Latvia's Prime Minister visits Berlin

Economic affairs, Europe, Ukraine Latvia's Prime Minister visits Berlin

During the inaugural visit of Latvia’s Prime Minister Krišjānis Kariņš to the Federal Chancellery, European issues and the Ukraine were on the agenda. Chancellor Angela Merkel said she was looking forward to working with Latvia’s new government.

Against a blue backdrop, Chancellor Angela Merkel and Latvian Prime Minister Krišjānis Kariņš each stand at a lectern during the press conference.

European defence and NATO were on the agenda

Photo: Bundesregierung/Denzel

Although the balance of trade is satisfactory, there is still scope for stepping up economic contacts, said Chancellor Angela Merkel with a view to German direct investment in Latvia. The inaugural visit of Latvia’s Prime Minister Krišjānis Kariņš to the Federal Chancellery follows only a few weeks after the Chancellor welcomed Latvian President Raimonds Vējonis to Berlin.


The main focus of the meeting between Angela Merkel and the Latvian Prime Minister was Europe. A clear commitment to NATO was expressed. European defence policy cannot under any circumstances be seen as replacing the North Atlantic Treaty Organization, explained Angela Merkel. The European defence landscape is fragmented and the more European input can be achieved "the better for NATO too".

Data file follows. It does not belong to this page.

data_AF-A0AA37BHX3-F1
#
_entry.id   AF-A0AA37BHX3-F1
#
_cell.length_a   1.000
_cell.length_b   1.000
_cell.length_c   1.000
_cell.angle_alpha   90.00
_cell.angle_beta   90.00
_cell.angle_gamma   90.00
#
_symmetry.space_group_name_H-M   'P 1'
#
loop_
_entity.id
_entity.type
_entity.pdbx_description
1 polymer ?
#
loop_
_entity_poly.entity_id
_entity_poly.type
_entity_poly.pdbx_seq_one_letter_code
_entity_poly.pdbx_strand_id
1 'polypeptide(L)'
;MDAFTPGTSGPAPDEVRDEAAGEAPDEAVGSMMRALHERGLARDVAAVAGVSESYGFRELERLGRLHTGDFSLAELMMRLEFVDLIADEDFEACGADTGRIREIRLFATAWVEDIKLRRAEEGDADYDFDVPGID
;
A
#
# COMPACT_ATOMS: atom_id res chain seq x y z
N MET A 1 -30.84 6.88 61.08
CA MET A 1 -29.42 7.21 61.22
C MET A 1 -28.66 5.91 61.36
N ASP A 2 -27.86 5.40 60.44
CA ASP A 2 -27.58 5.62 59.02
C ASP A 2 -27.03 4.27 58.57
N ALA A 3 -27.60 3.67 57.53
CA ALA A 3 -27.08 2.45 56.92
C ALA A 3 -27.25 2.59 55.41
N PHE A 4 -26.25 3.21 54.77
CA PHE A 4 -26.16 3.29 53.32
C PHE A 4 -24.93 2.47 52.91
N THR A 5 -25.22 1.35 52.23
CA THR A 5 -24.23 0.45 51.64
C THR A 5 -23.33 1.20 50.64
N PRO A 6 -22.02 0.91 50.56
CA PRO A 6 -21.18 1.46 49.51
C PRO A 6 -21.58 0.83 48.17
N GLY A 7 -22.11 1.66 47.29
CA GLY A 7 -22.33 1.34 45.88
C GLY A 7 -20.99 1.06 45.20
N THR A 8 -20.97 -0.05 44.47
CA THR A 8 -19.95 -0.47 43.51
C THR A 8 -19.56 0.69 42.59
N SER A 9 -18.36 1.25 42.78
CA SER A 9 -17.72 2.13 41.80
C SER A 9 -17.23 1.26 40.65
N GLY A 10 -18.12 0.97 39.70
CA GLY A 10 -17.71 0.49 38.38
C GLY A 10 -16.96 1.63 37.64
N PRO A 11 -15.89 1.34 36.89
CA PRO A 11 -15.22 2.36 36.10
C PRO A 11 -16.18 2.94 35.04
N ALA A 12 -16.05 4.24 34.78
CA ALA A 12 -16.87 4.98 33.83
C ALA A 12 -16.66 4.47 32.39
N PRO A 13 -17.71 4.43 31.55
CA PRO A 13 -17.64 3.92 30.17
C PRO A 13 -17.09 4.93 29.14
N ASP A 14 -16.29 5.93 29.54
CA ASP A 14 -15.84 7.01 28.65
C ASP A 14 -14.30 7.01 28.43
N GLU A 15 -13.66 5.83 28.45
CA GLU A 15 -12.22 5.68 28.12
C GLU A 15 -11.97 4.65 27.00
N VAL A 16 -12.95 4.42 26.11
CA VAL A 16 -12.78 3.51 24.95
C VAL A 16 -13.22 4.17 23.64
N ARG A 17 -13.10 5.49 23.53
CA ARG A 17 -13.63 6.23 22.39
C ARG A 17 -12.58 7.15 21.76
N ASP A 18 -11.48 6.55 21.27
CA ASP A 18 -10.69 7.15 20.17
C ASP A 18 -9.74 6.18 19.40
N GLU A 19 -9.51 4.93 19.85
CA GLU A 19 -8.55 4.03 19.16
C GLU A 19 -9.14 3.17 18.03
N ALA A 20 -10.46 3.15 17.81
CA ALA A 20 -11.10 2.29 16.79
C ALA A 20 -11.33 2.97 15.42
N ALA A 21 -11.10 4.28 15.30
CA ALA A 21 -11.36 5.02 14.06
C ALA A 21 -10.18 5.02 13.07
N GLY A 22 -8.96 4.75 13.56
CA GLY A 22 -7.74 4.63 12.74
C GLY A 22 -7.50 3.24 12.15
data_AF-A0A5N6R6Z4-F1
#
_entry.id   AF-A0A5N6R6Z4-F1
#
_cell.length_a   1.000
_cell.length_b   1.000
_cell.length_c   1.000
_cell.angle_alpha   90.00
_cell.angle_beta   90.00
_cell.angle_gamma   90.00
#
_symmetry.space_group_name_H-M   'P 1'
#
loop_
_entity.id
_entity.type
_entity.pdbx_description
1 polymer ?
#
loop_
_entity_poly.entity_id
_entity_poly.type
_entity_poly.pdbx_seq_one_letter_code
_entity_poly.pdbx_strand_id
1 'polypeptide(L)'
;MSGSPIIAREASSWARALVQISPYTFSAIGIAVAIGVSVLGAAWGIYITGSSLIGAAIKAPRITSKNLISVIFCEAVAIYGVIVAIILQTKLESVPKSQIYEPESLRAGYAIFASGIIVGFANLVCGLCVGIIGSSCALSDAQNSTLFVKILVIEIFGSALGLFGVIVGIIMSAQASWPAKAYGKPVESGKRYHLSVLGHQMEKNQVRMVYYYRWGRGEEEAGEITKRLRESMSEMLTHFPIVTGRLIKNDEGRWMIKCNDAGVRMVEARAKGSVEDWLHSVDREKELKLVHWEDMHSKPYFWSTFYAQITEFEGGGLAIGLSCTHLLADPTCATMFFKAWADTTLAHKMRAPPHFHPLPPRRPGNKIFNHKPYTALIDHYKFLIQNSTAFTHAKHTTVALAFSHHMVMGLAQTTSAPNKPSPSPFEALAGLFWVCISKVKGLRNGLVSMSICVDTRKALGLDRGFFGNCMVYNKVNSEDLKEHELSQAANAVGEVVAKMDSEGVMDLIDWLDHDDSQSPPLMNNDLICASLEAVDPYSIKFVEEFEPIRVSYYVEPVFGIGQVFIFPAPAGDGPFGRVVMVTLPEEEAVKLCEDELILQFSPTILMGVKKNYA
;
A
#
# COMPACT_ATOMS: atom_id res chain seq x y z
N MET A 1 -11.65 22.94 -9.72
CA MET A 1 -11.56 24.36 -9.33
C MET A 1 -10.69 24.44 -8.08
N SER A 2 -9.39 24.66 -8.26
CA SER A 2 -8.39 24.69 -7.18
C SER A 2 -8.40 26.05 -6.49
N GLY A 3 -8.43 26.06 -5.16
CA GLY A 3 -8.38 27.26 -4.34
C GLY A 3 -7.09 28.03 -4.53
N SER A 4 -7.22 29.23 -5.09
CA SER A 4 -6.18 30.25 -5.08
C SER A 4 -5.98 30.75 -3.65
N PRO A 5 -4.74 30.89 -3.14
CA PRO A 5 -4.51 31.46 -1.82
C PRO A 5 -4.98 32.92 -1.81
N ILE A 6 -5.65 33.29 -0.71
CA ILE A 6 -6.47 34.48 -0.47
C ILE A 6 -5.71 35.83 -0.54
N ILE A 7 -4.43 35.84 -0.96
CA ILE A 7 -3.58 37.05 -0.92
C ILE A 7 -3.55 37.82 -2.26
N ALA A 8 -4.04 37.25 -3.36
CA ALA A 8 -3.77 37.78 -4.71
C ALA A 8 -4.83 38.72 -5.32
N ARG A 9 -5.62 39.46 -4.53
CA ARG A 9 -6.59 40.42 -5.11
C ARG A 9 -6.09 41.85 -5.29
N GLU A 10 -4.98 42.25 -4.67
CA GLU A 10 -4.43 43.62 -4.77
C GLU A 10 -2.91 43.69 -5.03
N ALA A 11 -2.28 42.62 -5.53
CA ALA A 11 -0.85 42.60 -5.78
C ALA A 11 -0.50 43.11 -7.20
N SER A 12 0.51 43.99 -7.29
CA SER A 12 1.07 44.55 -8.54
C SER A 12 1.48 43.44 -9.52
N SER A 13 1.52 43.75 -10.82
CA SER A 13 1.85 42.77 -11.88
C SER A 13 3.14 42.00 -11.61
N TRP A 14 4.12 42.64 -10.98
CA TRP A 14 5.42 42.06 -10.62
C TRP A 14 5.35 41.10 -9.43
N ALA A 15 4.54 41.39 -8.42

With a view to Brexit, the Chancellor stressed that the 27 European Union member states have managed very well to agree on a common position. It is very heartening, she added that European Commission President Jean-Claude Juncker and the EU’s chief negotiator Michel Barnier have made a large number of proposals of ways of addressing what is termed the backstop, thus providing a high level of legal clarity. It is now up to the United Kingdom, she said, to declare its position. The Chancellor said, "We want to see a good partnership with the United Kingdom." Everything will be done to achieve this.


The two leaders also discussed relations with Russia. Angela Merkel underlined the common position of Latvia and Germany regarding the Ukraine conflict. She reported that the issue of disinformation had also been discussed in this context.

Germany is one of the most important trading partners of the Baltic state and plays a major role in imports and exports. Following the end of the Cold War, the Federal Republic of Germany provided support to integrate Latvia in Euro-Atlantic structures.